A Letter From Grandpa
Niranjan Shah, a civil engineer, who pioneered famous high-rise buildings in Baroda, is a broadcaster in India and the USA and a prolific writer. Under “A Letter from Grandpa.” he has been writing since 2002 on India’s historical, philosophical, and literary heritage. He can be reached at email@example.com
By Niranjan Shah
My dear Nikita and Sanjna:
William Harten Gilbert wrote in Peoples of India: “In the history of human culture, the contribution of the Indian people in all fields has been of the greatest importance. From India we are said to have derived domestic poultry, shellac, lemons, cotton, jute, rice, sugar, indigo, the buffalo, cinnamon, ginger, pepper, sugarcane, the game of chess, Pachisi, Polo, the zero concept, the decimal system, the basis of certain philological concepts, a wealth of fables with moral import, an astonishing variety of artistic products, and innumerable ideas in philosophy and religion such as asceticism and monasticism.”
The exact origin of the lemon has remained a mystery, though it is widely presumed that lemons first grew in India. In South Asia and South East Asia, it was known for its antiseptic properties and it was used as an antidote for various poisons. Lemons entered Europe (near southern Italy) no later than the first century AD, during the time of ancient Rome. However, they were not widely cultivated. It was later introduced to Persia and then to Iraq and Egypt around 700 AD. The lemon was first recorded in literature in a 10th century Arabic treatise on farming, and was also used as an ornamental plant in early Islamic gardens. It was distributed widely throughout the Arab world and the Mediterranean region between 1000 AD and 1150 AD. The genetic origin of the lemon, however, was reported to be hybrid between sour orange and citron.
Julia F. Morton writes in Lemon: Fruits of warm climates. pages 160-168: “The exact origin of the lemon is unclear but it is thought to have originated in Southeast Asia (known as Greater India before World War II) where they have been cultivated for around 4,000 years as some old Oriental writings would testify. The citron was carried to the Middle East between 400 BC and 600 BC but it was the Arab traders in Asia, who introduced lemons to eastern Africa and the Middle East between 100 AD and 700 AD.”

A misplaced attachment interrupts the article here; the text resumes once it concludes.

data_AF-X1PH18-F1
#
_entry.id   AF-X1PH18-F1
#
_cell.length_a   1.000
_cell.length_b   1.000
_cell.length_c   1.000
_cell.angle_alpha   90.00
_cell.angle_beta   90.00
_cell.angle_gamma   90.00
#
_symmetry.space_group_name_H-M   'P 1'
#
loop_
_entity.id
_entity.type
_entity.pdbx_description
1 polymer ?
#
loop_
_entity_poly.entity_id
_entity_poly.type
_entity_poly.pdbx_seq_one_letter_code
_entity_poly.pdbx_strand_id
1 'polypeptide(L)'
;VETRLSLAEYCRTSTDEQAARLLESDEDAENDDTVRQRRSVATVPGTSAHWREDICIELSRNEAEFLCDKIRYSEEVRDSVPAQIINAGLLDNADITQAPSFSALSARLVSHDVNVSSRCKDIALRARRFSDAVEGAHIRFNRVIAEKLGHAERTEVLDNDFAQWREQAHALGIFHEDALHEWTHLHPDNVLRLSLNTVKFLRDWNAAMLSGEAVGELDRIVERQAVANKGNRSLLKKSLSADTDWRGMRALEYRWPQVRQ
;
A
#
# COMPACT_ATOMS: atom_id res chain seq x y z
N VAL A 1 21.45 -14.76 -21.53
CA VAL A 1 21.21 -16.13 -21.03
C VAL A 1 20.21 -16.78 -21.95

Muna wa Wanjiru writes in The True Origin Of The Lemon Tree Remains A Mystery: “The true origin of the lemon tree remains a mystery, though speculations are possible. Presently, it is known for its wide spread in the Mediter-ranean area, but scientists claim it may have been brought from India. One thing is for sure, the lemon tree was already cultivated by the Romans as early as 200 AD, then it reached the north of Africa, the Arab world and it extended across the Atlantic from the middle of the 18th century. In the United States, Florida is known for its large lemon tree orchards, this area being responsible for most of the lemon exports the country makes.”
The first real lemon cultivation in Europe began in Genoa in the middle of the 15th century. It was later introduced to the Americas in 1493 when Christopher Columbus brought lemon seeds to Hispaniola along his voyages. Spanish conquest throughout the New World helped spread lemon seeds. It was mainly used as ornament and medicine. In 1700s and late 1800s, lemons were increasingly planted in Florida and California when lemons began to be used in cooking and flavoring.
The etymological path of the word lemon suggests that the word came to Europe from Middle East. One of the earliest occurrences of lemon is found in a Middle English customs document of 1420-1421, which draws from the Old French limon, thence the Italian limone, from the Arabic laymun or Persian limun came from Indian word Limbu. Thus, India is the origin of word lemon. It is like Arabic numbers, eventhough they are called Arabic, to Arabs they came from India. Arabs were always the middle men.
India tops the production list with 16 percent of the world’s overall lemon and lime output followed by Mexico 14.5 percent, Argen-tina 10 percent, Brazil 8 percent and Spain 7 percent. Of the overall world production of 13,032,388 tons, India produces 2,060,000 tons, Mexico 1,880,000 tons, Argentina 1,260,000 tons, Brazil 1,060,000 tons, Spain 880,000 tons, China 745,000 tons, USA 722,000 tons, Turkey 706,652 tons, Iran 615,000 tons, and Italy 546,584 tons.
— Grandpa’s blessing